People ask people to not smoke, to not swear, or to not to 100's of other things around their children. There is nothing wrong with asking someone to respect your beliefs be they religious or political when around your child. When Grandma says something racist, ask her not to say those things around your child, politely & calmly. We are not raising him that way thank you. I ask you to respect our beliefs when around our child, there are many other things you are welcome to talk to him about but politics & racist/homophobic comments aren't allowed. If they continue & ignore your polite requests, then do what you'd do if they were say smoking. Politely pack up & leave. If they want to see grandkid, especially if they are going to be staying/visiting your house they respect your beliefs. Because I bet you they'd expect you to do the same when you visit theirs. You may want to encourage them to stay in a hotel by the way, some space away from each other might be good.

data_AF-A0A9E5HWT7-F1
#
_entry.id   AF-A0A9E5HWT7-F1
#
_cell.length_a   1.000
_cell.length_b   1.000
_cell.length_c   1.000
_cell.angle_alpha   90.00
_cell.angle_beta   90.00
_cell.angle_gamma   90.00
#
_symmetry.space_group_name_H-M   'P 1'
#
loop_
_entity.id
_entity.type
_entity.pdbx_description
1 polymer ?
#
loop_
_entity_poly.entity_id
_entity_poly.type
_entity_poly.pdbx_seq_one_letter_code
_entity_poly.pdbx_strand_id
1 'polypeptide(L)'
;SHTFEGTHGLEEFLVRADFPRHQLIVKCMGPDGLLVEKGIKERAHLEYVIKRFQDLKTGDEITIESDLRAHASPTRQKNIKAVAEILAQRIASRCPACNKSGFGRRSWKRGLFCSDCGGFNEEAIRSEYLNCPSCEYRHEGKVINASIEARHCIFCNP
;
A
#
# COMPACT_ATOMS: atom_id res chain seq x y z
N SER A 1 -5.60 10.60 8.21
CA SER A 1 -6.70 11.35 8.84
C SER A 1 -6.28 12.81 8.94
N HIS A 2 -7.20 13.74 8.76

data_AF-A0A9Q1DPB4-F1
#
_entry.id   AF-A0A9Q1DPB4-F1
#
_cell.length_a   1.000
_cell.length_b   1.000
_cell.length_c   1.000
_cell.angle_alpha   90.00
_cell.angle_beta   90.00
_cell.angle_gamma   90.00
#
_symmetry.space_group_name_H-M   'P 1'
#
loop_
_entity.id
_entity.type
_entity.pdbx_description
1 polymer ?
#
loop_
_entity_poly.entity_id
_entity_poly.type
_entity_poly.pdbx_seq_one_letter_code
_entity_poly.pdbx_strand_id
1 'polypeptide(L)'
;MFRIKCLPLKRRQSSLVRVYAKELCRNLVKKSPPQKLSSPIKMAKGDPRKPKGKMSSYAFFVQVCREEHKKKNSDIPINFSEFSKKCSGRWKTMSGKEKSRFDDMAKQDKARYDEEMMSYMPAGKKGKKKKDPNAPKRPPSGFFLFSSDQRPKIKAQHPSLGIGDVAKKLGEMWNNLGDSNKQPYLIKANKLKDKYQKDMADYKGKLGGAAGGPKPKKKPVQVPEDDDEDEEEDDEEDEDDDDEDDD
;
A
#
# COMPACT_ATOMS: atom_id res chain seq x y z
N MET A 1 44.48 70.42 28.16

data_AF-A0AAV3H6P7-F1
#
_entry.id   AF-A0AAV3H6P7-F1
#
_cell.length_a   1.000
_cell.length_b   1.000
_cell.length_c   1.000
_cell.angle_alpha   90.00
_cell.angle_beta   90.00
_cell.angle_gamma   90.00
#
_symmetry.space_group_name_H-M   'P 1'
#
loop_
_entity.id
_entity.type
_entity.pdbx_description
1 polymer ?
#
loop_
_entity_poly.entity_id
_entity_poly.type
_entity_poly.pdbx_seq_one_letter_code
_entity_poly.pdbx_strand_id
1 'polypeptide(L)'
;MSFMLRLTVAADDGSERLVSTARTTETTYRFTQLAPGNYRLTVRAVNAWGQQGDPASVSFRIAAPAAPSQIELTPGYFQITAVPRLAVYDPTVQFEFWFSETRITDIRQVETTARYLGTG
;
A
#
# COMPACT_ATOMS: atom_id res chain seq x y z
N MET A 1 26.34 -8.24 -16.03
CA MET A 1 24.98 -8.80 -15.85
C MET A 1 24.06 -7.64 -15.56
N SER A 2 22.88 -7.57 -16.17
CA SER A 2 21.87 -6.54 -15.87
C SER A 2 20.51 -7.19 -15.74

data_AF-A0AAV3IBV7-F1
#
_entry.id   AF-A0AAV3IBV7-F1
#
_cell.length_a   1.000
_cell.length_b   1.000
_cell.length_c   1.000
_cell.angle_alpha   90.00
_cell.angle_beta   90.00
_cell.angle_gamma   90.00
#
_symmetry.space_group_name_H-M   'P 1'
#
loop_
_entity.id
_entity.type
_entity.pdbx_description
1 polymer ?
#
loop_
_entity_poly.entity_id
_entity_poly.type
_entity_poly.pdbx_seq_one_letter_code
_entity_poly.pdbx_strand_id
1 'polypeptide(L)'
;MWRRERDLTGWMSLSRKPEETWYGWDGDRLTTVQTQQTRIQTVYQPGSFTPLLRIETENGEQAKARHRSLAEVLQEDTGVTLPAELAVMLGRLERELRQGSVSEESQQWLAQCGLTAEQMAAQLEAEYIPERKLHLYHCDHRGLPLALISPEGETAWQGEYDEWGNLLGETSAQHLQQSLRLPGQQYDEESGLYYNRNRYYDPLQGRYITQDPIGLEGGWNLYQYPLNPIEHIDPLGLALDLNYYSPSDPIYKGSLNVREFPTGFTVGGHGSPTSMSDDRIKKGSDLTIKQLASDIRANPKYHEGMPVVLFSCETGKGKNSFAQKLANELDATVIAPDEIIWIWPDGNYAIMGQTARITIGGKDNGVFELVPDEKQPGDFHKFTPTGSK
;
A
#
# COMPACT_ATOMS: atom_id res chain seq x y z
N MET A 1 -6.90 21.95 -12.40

They will bitch & moan & carry on like you're being outrageous at first because they are hoping to not have to follow through. But just politely keep up the quietly & politely requesting they stop and leaving, or hanging up the phone or stopping texting or whatever when they break the boundary.

This is the technique I've seen successfully used with families with narcissistic parents when they with issues about religions or lifestyle choices, I've never seen it used in regard to politics . You are simply setting & defending boundaries. There is nothing wrong with enforcing your families boundaries. Also get your partner on side, the boundaries will have more effect coming from him as he is the direct relative.